IF YOUR blood has reached boiling point in recent weeks after seeing Facebook posts about the subsidy being removed for diabetic blood test strips, it's time to calm down.
The post, which has gone viral, reads, "I would like to highlight the government removing the subsidy for blood test strips.
"Diabetics need very frequent blood testing per day.
"The cost of strips is $70 outcome reduced blood glucose testing and more hospital admissions from hyper or hypo glycemic diabetes.
"Will you post it for one hour to honour those who have fought or are living with diabetes?"
Diabetes Queensland spokesman Cameron Thompson said while there was a small element of truth in the posts, people should look into the problem before jumping on Facebook protest bandwagons.
He said the misconception was caused by a recent ruling that diabetics would need to see their doctor every six months in order to continue receiving the subsidy.
There was at no stage any plan to remove it completely.
Mr Thompson said Diabetes Queensland hoped it would lead to better quality of care for Toowoomba residents living with the condition.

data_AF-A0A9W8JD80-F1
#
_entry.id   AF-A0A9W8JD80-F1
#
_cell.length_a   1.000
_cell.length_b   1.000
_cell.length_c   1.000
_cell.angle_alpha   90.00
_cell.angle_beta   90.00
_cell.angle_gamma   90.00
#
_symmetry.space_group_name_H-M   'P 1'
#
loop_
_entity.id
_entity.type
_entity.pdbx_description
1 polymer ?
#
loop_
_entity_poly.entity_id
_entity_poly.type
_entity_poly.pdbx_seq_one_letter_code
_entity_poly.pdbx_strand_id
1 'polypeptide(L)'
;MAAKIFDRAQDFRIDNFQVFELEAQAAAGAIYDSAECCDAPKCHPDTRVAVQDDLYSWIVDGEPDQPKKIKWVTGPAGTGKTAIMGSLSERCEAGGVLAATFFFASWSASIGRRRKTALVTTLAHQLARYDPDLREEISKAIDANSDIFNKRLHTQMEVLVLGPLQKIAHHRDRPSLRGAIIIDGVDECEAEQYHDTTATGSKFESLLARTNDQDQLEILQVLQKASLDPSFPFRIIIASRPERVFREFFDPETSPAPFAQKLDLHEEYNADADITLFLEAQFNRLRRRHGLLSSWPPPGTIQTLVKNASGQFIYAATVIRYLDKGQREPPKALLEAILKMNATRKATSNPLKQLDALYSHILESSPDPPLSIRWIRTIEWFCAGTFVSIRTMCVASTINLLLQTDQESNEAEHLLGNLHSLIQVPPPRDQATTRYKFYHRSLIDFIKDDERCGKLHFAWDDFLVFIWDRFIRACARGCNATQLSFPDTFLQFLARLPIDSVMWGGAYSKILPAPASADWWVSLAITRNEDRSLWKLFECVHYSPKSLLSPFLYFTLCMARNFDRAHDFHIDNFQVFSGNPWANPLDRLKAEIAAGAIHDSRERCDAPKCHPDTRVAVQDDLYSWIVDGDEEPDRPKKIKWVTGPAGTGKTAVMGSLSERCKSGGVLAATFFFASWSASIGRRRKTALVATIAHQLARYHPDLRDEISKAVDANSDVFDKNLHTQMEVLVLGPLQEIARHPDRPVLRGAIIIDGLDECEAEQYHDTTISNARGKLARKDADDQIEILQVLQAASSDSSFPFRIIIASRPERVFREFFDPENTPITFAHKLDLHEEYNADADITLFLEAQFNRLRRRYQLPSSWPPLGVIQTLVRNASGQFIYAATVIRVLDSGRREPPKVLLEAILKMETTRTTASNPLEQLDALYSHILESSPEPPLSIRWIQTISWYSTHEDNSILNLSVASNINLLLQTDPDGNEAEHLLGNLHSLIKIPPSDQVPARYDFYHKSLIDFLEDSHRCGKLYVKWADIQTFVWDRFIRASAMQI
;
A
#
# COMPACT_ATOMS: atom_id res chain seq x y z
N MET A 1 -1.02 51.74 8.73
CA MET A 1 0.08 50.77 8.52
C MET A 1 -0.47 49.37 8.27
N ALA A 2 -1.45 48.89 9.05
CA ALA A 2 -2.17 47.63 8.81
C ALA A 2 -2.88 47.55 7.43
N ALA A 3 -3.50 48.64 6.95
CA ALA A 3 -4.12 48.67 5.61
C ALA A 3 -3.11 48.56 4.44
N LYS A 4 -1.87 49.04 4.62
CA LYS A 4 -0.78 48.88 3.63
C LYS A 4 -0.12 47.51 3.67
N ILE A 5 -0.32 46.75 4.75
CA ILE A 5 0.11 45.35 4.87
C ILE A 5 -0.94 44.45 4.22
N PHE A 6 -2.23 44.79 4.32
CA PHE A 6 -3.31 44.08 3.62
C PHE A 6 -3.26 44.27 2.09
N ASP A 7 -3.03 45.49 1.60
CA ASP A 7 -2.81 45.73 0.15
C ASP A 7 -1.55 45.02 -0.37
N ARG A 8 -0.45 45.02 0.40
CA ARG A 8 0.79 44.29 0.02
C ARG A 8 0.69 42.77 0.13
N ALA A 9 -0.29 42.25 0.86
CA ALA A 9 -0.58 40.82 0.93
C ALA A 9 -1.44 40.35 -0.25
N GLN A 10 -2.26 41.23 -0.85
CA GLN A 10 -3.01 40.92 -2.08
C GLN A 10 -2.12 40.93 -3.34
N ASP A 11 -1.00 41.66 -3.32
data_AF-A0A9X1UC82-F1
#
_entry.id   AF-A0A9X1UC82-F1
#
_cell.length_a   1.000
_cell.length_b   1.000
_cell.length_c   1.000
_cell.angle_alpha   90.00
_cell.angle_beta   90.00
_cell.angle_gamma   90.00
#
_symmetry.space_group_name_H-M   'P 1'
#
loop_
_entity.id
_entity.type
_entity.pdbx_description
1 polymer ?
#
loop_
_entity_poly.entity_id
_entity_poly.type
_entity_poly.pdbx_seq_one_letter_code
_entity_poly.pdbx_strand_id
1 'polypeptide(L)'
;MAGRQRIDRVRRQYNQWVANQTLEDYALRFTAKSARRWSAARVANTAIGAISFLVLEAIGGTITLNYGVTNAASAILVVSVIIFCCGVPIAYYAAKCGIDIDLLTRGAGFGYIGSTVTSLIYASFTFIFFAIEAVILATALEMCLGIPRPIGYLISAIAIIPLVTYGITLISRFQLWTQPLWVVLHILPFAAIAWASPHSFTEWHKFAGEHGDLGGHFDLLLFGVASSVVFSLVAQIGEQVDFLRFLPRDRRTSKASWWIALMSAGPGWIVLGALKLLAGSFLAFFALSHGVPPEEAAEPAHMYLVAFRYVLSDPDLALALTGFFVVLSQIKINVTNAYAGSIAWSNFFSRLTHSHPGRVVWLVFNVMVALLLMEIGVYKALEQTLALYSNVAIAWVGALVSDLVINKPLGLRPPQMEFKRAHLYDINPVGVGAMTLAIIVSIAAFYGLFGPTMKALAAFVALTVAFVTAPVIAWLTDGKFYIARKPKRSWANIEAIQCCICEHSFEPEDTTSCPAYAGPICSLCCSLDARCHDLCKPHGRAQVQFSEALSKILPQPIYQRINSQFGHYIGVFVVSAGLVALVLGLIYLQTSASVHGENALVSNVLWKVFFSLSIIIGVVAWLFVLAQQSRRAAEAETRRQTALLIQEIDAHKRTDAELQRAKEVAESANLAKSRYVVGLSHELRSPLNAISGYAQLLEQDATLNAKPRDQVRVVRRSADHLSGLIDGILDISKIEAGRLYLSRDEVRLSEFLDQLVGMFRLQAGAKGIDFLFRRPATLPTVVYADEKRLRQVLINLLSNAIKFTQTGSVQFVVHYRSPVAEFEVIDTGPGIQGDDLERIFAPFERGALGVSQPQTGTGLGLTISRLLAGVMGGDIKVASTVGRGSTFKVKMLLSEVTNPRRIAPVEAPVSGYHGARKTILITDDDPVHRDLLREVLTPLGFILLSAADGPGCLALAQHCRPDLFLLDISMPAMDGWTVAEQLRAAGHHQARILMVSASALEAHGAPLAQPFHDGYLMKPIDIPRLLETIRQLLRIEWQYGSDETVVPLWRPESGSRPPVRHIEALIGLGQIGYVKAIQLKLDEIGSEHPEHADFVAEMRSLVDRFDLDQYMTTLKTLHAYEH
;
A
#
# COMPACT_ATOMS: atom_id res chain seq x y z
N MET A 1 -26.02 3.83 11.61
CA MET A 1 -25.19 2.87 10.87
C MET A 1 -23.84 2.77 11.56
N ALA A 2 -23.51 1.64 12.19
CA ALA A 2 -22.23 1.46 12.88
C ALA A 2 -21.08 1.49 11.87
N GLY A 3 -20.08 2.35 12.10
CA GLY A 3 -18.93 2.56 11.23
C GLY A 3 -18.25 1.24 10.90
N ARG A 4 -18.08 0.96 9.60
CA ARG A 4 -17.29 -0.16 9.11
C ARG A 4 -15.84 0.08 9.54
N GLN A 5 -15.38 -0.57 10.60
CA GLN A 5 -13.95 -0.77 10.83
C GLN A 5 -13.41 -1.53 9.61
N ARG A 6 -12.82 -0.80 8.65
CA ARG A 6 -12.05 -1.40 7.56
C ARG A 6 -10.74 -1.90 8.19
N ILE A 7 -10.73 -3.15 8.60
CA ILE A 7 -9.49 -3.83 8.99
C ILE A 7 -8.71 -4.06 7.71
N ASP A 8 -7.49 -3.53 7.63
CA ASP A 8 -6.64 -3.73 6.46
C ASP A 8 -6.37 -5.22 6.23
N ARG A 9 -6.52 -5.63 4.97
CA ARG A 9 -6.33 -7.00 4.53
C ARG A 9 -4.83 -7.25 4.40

"There has been a big hullaballoo on Facebook, but in reality, it's not going to be that significant," he said.
"If you have type one diabetes, there will be no impact.
"If you have type two diabetes and are on insulin, there will be no impact.
"But if you have type two diabetes and are not on insulin, it will have a very minor effect.
"Currently everyone gets test strips subsidised by the government, but this change means that in order for you to keep receiving your strips, you have to see a doctor every six months.
"Doctors want to see people testing themselves regularly, so I don't think there is a doctor in the world who would deny the subsidy to someone with diabetes."
He said the move was initially questioned by Diabetes Queensland, but the organisation felt in the end it was actually a good thing that might lead to people being more engaged in their healthcare.
He said diabetes was a condition people live with daily and the more knowledgeable people were about their condition, the better off they would be.
He said it was also reasonable that a person with diabetes would already see their doctor at least once every six months.
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